2. Mast Cells - Need Advice

    Not yet Deve73 but as I've lost a couple of boxers this way (plus she is a Boxer, one that has already had spindle cell tumour at aged 4), I am pretty sure. If I was back in Australia it would be easy to have them biopsied and graded. Here in India, things are not that simple. But I do know from experience with my other boxers with Mast cell tumours, each time about the size of a 5 cent piece, I had them removed and graded, each time showing they were grade II but there was never a suggestion of full xrays and scans afterwards. We had clear margins each time and was recommended a wait and see approach but it didn't prevent them losing their lives to them within 2 years. I don't think xrays or scans at the time of removal would have shown anything at all. The problems start after removal. In fact I have a feeling removal contributes to a process that starts them spreading. Just a gut feeling.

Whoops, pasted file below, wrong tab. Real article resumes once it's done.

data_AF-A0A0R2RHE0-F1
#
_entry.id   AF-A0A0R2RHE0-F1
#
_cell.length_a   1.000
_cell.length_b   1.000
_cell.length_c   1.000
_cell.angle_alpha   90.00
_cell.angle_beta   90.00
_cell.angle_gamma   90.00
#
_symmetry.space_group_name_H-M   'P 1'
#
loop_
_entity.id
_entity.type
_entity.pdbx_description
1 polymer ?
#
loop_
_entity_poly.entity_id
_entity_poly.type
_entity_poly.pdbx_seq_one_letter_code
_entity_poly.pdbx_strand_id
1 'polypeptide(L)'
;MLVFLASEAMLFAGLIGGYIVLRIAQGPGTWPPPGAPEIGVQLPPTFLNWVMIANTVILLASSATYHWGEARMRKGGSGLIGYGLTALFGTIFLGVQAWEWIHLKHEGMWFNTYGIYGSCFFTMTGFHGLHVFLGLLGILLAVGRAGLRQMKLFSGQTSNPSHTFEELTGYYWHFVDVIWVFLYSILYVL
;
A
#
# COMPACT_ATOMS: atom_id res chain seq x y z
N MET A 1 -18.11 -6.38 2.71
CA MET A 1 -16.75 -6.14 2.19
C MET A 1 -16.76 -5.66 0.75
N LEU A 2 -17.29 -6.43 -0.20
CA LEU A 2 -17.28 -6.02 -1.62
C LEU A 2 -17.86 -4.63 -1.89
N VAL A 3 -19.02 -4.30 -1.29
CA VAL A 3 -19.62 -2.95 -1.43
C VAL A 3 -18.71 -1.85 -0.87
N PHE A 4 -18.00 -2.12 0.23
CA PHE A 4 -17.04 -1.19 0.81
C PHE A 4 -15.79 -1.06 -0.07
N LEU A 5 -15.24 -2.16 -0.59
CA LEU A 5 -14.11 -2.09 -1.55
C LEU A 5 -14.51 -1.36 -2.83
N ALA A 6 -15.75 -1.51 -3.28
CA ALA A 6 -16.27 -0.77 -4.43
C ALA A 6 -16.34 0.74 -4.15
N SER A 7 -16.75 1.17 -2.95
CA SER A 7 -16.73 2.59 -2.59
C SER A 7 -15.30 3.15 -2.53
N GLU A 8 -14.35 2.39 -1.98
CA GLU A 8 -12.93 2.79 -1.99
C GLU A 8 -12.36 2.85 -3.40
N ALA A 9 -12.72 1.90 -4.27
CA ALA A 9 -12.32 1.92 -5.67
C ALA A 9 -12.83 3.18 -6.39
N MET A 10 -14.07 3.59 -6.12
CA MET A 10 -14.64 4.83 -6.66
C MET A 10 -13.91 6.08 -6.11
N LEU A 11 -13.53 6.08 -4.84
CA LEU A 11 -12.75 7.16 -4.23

3. Mast Cells - Need Advice

    That sounds like an awful lot of treatment and an awful lot of expense Dave73 for a 2mm tumour??? My girl as about 7 lumps, the largest about the size of a marble and have just had an ultrasound to confirm there are no internal masses, which there aren't at this stage, thank goodness. I would like to hope vets don't take advantage of our love for our pets and overservice to extract more dollars. I don't know all the story Dave73 so I may be wrong, but that was my first reaction reading your post.